Postdoctoral Researcher

Ph.D:

Physics, The Pennsylvania State University

Research:

Numerical Relativity

Publications:

Select Publications:

- Unstable flip-flopping spinning binary black holes Arxiv:1601.05086, 2016.
- Spin flips in generic black hole binaries Phys. Rev. D 93, 044031, 2016.
- Perturbative extraction of gravitational waveforms generated with numerical relativity Phys. Rev. D 91, 104022, 2015.
- High Energy Collisions of Black Holes Numerically Revisited Arxiv:1506.06153, 2015.
- New Puncture Initial Data for Black-Hole Binaries: High Spins and High Boosts Arxiv:1410.8607, 2014.
- Flip-flopping binary black holes Physical Review Letters, 114:141101, 2015.
- Remnant mass, spin, and recoil from spin-aligned black-hole binaries Phys. Rev. D 90, 104004, 2014.
- Modelling Ringdown: Beyond the Fundamental Quasi-normal Modes Phys. Rev. D 90, 124032, 2014.
- Critical Collapse of Scalar Fields Beyond Axisymmetry Gen. Rel. Grav. 46 1722, 2014.
- Impact of Higher-order Modes on the Detection of Binary Black Hole Coalescence Phys. Rev. D 87, 084008, 2013.
- Late Inspiral and Merger of Binary Black Holes in Scalar-Tensor Theories of Gravity Class.Quant.Grav. 29 232002, 2012.
- Final Mass and Spin of Merged Black Holes and the Golden Black Hole Phys. Rev. D 81, 081501, 2010.
- Zoom-Whirl Orbits in Black Hole Binaries Phys. Rev. Lett. 103:131101, 2009.
- Superkicks in Hyperbolic Encounters of Binary Black Holes Phys. Rev. Lett. 102:041101, 2009.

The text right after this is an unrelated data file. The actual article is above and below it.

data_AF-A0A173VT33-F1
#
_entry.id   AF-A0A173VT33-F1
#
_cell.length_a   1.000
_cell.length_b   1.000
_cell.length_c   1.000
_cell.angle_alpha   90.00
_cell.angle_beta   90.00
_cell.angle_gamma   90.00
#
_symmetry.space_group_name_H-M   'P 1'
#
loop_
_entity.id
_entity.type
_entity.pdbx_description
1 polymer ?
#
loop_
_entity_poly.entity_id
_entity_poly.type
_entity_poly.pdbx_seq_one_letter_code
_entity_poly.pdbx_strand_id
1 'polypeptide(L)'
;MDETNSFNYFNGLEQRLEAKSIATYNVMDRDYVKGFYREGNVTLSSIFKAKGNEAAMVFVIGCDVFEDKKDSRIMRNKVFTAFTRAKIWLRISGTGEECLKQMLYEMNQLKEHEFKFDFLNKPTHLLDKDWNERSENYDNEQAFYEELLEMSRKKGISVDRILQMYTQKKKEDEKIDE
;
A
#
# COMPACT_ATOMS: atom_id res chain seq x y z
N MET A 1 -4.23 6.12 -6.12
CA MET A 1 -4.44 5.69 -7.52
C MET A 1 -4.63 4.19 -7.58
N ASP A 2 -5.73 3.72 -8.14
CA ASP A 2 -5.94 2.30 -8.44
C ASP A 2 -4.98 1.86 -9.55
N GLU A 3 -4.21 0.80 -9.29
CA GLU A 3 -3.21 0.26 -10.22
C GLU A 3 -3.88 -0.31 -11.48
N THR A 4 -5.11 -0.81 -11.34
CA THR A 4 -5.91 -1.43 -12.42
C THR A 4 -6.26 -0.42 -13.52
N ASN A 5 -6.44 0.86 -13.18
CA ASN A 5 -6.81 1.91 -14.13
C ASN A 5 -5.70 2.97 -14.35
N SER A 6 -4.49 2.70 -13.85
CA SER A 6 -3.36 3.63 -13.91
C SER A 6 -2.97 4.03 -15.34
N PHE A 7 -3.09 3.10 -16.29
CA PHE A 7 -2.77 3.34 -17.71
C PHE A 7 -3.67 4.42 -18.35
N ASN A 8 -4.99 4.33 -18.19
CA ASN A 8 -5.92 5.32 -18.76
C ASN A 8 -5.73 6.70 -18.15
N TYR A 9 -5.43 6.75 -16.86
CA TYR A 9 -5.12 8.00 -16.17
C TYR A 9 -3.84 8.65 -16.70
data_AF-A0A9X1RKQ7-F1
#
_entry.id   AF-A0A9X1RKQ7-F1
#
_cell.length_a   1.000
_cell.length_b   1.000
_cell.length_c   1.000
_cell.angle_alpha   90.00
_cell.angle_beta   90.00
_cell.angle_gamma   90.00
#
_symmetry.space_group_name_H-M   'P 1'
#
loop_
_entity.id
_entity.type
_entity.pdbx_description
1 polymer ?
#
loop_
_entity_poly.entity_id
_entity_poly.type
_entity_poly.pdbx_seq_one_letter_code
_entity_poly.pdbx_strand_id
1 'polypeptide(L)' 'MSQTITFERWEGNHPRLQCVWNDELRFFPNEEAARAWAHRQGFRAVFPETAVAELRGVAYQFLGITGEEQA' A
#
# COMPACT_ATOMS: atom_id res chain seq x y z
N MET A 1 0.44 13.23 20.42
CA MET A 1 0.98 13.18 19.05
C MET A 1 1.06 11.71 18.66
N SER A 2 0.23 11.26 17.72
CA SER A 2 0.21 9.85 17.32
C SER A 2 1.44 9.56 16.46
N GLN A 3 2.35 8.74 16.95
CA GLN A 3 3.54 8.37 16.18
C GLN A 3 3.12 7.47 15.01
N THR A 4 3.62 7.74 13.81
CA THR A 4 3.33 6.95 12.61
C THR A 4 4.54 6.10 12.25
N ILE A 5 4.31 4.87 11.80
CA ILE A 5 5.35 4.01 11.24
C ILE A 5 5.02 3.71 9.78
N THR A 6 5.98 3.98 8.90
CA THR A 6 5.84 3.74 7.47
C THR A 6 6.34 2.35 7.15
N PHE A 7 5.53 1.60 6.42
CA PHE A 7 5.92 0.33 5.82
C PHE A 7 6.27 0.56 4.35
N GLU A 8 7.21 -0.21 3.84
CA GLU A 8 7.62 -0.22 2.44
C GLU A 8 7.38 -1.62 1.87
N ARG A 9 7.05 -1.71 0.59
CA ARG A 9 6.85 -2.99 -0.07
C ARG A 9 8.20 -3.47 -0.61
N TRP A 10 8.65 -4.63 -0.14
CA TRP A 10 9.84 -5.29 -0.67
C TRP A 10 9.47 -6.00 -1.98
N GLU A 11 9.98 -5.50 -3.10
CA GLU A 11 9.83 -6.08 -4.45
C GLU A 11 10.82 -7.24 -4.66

- Binary Black Hole Encounters, Gravitational Burst and Maximum Final Spin Phys. Rev. Lett. 101:061102, 2008.

Background:

Through numerical relativity, or the solving of Einstein's equations of gravity using numerical techniques, we are able to evolve a binary black hole (BBH) system from initially two separate black holes slowly inspirally, until they eventually coalesce and settle down into a single Kerr black hole. Numerical relativity gives us the opportunity to pose the following question: given two initial black holes with some mass, spin, and momentum, what is the final mass, spin, and momentum of the merged remnant black hole, and what gravitational radiation is generated from this process?

With this question in mind, I've studied a large collection of initial BBH configurations using numerical relativity ranging from quasicircular orbits to highly eccentric orbits to direct plunges. By exploring this wide range of BBH parameter space, my collaborators and I have found some interesting and exciting results, including kick velocities as high as 12,000 km/s and final spins close to maximal from direct plunges. We have also found highly accurate analytic models to determine the final mass and spin from the initial configuration of aligned-spin BBH systems in quasicircular orbits.

- 2013 - Present Postdoc, Center For Computational Relativity and Gravitation, RIT
- 2010 - 2013 Postdoc, Center for Relativistic Astrophysics, Georgia Tech
- 2006 - 2009 Ph.D., Physics, The Pennsylvania State University
- 2002 - 2006 B.S., Physics, University of Delaware

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